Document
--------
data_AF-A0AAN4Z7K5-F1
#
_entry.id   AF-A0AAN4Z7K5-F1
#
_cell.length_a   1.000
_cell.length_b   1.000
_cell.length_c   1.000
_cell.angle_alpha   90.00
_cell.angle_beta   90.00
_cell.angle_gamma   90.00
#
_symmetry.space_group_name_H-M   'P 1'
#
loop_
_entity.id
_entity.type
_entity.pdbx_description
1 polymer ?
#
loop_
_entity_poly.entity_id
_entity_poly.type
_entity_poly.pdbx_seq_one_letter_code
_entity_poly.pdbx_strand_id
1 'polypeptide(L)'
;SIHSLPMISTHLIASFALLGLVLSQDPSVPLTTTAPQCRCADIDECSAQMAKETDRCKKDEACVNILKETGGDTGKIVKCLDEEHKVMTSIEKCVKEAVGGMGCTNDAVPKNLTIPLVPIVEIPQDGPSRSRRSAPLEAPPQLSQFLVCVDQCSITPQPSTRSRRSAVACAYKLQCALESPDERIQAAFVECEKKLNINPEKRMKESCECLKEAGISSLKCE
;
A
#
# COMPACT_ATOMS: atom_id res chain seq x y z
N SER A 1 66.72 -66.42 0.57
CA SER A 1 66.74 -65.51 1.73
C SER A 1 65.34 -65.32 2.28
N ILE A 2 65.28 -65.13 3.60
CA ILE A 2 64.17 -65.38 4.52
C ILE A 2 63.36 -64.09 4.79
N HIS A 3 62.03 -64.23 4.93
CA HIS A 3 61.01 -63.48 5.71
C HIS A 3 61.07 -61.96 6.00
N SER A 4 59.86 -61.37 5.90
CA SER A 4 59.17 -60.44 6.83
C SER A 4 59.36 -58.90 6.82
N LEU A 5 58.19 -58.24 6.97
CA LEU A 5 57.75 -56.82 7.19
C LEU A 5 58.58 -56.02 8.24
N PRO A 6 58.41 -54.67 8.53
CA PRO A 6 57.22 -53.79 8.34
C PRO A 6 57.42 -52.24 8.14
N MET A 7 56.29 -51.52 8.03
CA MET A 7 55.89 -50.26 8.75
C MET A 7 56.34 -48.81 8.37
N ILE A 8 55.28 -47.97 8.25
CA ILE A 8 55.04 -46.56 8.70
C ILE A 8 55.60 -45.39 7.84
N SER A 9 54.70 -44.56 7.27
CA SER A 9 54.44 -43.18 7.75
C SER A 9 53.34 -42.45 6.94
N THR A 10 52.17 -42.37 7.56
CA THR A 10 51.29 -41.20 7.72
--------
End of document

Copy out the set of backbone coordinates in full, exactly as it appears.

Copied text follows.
data_AF-A0AAN4Z7K5-F1
#
_entry.id   AF-A0AAN4Z7K5-F1
#
_cell.length_a   1.000
_cell.length_b   1.000
_cell.length_c   1.000
_cell.angle_alpha   90.00
_cell.angle_beta   90.00
_cell.angle_gamma   90.00
#
_symmetry.space_group_name_H-M   'P 1'
#
loop_
_entity.id
_entity.type
_entity.pdbx_description
1 polymer ?
#
loop_
_entity_poly.entity_id
_entity_poly.type
_entity_poly.pdbx_seq_one_letter_code
_entity_poly.pdbx_strand_id
1 'polypeptide(L)'
;SIHSLPMISTHLIASFALLGLVLSQDPSVPLTTTAPQCRCADIDECSAQMAKETDRCKKDEACVNILKETGGDTGKIVKCLDEEHKVMTSIEKCVKEAVGGMGCTNDAVPKNLTIPLVPIVEIPQDGPSRSRRSAPLEAPPQLSQFLVCVDQCSITPQPSTRSRRSAVACAYKLQCALESPDERIQAAFVECEKKLNINPEKRMKESCECLKEAGISSLKCE
;
A
#
# COMPACT_ATOMS: atom_id res chain seq x y z
N SER A 1 66.72 -66.42 0.57
CA SER A 1 66.74 -65.51 1.73
C SER A 1 65.34 -65.32 2.28
N ILE A 2 65.28 -65.13 3.60
CA ILE A 2 64.17 -65.38 4.52
C ILE A 2 63.36 -64.09 4.79
N HIS A 3 62.03 -64.23 4.93
CA HIS A 3 61.01 -63.48 5.71
C HIS A 3 61.07 -61.96 6.00
N SER A 4 59.86 -61.37 5.90
CA SER A 4 59.17 -60.44 6.83
C SER A 4 59.36 -58.90 6.82
N LEU A 5 58.19 -58.24 6.97
CA LEU A 5 57.75 -56.82 7.19
C LEU A 5 58.58 -56.02 8.24
N PRO A 6 58.41 -54.67 8.53
CA PRO A 6 57.22 -53.79 8.34
C PRO A 6 57.42 -52.24 8.14
N MET A 7 56.29 -51.52 8.03
CA MET A 7 55.89 -50.26 8.75
C MET A 7 56.34 -48.81 8.37
N ILE A 8 55.28 -47.97 8.25
CA ILE A 8 55.04 -46.56 8.70
C ILE A 8 55.60 -45.39 7.84
N SER A 9 54.70 -44.56 7.27
CA SER A 9 54.44 -43.18 7.75
C SER A 9 53.34 -42.45 6.94
N THR A 10 52.17 -42.37 7.56
CA THR A 10 51.29 -41.20 7.72